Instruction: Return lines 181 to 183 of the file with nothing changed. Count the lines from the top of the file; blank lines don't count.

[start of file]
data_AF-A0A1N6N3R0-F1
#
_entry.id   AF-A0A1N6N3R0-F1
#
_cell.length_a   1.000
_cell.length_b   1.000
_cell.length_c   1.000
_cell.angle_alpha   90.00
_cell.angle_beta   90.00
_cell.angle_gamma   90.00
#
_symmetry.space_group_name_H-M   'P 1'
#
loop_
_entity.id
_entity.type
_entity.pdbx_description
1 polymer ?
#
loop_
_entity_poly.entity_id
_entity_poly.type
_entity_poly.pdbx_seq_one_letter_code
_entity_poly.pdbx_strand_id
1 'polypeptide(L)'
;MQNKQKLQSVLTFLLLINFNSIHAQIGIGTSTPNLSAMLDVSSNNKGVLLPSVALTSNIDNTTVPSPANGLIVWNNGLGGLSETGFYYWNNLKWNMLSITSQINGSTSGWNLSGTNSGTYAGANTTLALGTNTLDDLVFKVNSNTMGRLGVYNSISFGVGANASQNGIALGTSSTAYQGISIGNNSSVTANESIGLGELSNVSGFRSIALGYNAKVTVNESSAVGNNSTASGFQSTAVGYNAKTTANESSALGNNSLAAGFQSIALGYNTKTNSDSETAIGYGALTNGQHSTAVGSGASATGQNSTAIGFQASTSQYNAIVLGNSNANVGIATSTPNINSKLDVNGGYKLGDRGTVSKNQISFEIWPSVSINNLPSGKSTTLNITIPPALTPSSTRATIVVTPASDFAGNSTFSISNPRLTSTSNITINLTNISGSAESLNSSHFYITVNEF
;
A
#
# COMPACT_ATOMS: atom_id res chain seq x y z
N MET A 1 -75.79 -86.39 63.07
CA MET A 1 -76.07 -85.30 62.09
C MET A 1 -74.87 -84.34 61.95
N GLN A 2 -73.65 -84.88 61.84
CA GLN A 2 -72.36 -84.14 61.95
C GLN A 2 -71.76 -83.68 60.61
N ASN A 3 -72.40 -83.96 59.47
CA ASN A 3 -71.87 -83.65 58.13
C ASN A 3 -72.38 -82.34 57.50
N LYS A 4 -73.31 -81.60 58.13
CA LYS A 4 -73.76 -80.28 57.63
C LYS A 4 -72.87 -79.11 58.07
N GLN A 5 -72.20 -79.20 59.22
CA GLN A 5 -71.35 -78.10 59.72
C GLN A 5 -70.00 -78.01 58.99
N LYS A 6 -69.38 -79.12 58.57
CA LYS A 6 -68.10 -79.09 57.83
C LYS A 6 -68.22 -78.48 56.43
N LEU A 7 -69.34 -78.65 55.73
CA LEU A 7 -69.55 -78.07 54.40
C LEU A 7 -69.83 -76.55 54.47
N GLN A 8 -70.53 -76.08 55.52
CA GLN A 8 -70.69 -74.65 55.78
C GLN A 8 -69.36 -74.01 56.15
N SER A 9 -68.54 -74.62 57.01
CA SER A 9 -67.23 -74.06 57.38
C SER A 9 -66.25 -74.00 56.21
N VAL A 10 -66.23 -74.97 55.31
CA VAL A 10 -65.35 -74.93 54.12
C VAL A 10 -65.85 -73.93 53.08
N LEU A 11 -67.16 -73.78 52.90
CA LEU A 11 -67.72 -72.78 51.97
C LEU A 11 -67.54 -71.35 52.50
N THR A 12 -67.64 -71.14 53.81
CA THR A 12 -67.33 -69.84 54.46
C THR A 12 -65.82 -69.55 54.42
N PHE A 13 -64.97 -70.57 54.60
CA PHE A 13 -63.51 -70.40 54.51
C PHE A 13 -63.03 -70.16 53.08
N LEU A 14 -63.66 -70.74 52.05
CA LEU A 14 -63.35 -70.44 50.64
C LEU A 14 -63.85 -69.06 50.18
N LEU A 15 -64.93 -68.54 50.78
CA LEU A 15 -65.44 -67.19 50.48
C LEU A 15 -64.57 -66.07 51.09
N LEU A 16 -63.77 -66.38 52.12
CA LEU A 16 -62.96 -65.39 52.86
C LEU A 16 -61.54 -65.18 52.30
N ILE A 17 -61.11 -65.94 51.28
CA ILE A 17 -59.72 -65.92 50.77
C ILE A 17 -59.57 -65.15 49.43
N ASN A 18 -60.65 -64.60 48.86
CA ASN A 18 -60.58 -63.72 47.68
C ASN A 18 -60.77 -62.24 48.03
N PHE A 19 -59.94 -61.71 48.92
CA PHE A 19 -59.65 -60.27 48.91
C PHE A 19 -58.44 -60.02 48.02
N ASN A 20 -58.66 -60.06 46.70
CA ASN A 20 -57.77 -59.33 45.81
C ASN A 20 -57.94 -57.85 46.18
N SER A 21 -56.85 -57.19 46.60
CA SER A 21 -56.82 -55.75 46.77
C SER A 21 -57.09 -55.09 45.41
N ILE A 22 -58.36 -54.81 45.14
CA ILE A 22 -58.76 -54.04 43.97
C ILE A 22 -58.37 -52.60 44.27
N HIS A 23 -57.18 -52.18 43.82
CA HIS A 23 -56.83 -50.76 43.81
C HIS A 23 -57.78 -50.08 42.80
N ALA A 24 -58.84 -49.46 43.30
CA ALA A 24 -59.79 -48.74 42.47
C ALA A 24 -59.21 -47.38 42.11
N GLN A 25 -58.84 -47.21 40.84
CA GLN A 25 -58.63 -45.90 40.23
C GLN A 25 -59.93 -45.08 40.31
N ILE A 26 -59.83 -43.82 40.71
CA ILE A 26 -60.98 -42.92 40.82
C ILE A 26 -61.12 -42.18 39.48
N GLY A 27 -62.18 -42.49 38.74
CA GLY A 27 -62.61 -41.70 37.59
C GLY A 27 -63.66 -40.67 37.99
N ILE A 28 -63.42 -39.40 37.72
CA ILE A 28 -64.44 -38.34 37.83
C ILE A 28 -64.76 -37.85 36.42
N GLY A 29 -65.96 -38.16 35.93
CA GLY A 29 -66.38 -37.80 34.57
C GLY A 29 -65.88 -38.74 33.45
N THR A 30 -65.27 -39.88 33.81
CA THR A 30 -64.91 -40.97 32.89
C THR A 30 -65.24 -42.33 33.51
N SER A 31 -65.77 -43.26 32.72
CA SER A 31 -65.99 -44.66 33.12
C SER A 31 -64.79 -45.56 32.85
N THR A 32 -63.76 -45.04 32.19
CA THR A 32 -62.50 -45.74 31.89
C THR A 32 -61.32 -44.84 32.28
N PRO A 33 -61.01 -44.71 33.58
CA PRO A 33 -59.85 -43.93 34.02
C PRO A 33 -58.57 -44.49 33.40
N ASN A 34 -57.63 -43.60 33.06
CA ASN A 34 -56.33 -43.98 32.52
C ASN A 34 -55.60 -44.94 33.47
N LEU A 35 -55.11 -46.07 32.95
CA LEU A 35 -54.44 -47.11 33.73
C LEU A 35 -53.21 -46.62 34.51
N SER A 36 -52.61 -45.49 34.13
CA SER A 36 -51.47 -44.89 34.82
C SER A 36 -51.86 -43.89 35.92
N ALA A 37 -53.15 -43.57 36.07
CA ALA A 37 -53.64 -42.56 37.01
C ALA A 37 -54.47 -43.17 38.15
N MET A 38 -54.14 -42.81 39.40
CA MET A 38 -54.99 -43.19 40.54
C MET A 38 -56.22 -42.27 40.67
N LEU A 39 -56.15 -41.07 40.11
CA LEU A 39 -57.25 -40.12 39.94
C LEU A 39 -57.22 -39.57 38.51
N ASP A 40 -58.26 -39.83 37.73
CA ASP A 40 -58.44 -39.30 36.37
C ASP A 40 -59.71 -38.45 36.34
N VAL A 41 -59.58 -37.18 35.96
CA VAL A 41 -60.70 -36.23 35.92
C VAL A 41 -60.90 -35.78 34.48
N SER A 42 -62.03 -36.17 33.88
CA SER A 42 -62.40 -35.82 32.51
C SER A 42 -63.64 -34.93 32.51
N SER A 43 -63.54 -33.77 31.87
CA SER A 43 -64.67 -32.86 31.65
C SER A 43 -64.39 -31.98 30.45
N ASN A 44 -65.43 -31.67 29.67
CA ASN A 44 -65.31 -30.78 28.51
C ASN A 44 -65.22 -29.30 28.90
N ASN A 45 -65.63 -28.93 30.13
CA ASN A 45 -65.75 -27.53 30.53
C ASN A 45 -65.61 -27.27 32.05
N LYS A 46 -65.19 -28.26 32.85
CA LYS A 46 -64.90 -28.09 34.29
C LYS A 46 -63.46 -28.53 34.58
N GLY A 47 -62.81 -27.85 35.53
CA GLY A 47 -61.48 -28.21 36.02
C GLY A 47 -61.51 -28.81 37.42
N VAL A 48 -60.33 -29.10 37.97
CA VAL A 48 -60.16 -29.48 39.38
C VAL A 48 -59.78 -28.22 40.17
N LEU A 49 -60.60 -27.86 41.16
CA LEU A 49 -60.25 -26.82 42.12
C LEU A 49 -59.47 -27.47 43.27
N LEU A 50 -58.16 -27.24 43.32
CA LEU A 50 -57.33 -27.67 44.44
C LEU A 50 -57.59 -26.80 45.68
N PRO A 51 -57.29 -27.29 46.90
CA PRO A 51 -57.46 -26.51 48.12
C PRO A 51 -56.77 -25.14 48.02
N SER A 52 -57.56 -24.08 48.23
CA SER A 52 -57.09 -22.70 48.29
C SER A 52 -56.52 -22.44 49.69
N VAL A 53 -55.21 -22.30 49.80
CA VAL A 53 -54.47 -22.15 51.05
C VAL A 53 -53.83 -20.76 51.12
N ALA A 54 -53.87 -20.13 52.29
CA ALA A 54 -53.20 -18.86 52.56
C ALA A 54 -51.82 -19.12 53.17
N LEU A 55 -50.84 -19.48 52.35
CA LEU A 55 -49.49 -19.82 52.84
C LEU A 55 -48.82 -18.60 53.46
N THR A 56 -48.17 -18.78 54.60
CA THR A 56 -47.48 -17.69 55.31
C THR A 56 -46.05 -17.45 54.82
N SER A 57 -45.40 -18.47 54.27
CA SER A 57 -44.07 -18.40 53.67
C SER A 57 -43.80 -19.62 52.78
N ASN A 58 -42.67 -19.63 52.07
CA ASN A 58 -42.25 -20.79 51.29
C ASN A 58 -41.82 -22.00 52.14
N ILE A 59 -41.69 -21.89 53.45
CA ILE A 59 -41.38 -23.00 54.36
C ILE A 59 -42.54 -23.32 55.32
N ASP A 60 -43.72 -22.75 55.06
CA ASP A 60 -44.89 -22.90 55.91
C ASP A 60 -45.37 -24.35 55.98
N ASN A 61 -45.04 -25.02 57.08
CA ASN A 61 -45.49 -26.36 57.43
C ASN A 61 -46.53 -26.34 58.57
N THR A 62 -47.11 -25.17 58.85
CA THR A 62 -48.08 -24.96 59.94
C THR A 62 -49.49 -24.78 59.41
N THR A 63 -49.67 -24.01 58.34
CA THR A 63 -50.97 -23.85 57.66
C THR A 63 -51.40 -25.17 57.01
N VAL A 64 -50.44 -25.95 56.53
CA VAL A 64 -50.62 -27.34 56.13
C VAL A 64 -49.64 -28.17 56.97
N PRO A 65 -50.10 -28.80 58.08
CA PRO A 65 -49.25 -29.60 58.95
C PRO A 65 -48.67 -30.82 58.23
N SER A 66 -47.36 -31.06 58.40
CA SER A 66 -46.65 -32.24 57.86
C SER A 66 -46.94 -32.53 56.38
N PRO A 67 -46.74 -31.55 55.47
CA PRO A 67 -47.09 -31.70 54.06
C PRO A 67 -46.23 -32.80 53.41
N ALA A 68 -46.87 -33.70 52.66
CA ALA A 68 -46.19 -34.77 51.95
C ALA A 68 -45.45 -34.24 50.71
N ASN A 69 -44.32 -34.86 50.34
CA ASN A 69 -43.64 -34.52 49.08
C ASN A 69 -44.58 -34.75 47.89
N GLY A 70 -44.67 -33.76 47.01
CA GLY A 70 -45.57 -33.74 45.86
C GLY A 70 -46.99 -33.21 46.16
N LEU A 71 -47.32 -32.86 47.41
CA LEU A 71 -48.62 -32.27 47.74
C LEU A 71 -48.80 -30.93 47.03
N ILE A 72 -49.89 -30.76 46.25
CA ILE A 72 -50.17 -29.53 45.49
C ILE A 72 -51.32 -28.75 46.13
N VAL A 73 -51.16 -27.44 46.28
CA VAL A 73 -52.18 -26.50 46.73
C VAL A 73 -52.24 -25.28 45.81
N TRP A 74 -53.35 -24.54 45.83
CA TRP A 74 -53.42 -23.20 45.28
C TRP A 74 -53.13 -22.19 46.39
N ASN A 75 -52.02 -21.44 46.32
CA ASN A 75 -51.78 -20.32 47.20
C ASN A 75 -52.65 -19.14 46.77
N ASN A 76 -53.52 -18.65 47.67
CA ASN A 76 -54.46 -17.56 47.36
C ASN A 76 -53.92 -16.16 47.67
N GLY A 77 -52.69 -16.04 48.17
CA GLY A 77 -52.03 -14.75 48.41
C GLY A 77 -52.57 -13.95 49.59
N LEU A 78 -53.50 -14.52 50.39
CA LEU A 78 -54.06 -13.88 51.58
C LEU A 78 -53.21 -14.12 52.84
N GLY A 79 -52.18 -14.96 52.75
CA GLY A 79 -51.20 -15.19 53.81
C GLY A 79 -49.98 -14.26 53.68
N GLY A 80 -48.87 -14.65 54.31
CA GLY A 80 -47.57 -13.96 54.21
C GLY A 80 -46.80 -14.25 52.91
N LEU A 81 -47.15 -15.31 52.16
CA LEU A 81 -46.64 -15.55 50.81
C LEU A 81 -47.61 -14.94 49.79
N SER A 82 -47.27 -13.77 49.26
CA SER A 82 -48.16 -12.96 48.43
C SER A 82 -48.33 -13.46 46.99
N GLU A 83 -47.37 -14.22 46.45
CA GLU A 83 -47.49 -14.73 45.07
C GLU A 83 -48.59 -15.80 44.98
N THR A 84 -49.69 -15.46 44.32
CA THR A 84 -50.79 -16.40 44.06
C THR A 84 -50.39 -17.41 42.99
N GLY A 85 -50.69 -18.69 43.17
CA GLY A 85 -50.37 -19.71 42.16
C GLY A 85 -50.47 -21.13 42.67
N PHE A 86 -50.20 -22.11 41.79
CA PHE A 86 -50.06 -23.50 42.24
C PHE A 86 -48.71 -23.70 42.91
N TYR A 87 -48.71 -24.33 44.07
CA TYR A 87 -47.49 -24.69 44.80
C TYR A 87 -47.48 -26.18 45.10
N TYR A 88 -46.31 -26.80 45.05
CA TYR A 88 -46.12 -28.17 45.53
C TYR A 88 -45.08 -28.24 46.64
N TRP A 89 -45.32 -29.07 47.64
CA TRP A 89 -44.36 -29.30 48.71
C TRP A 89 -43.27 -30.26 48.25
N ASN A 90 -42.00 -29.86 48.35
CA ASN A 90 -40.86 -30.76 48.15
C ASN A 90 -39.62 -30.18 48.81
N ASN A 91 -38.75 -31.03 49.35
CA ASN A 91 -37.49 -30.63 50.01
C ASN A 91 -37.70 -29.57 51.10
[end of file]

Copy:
N PRO A 51 -57.29 -27.29 46.90
CA PRO A 51 -57.46 -26.51 48.12
C PRO A 51 -56.77 -25.14 48.02